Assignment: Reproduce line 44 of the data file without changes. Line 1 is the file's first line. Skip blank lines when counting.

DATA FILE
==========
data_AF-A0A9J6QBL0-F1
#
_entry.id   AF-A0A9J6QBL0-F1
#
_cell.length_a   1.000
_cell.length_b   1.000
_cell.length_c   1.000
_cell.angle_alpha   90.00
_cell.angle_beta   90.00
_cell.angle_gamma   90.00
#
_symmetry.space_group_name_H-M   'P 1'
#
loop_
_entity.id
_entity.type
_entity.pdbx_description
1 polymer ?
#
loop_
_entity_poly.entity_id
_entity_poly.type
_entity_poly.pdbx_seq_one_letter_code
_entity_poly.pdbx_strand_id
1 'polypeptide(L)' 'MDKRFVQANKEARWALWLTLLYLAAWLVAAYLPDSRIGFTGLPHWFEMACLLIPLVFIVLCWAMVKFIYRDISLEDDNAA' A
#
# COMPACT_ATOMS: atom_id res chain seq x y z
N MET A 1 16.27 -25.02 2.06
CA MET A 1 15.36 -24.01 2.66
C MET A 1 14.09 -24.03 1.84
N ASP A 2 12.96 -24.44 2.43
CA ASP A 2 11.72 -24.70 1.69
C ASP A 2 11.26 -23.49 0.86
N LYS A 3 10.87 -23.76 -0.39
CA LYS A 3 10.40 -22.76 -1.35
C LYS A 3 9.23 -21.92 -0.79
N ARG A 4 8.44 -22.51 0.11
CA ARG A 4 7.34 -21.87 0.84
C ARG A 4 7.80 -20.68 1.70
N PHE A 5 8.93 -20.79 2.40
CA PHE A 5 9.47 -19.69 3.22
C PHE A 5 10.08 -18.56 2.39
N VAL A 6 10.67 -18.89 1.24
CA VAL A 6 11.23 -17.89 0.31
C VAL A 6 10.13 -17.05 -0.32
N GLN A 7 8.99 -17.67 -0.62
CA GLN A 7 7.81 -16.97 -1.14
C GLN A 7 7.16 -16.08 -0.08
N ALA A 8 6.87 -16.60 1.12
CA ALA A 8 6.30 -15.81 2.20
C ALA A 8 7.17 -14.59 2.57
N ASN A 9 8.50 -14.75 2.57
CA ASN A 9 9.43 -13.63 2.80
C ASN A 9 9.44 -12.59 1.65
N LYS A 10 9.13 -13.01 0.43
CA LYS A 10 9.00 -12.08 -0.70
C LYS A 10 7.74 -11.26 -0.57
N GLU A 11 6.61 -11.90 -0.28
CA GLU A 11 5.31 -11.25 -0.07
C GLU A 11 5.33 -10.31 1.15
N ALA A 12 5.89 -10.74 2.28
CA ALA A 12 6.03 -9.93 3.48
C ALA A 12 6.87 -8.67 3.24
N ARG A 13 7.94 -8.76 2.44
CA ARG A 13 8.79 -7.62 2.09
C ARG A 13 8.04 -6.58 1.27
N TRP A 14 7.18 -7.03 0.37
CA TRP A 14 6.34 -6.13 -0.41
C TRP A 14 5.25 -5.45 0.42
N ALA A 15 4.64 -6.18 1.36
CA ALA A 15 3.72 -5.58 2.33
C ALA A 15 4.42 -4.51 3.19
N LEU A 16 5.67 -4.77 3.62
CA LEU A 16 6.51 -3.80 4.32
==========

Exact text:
CA VAL A 6 11.23 -17.89 0.31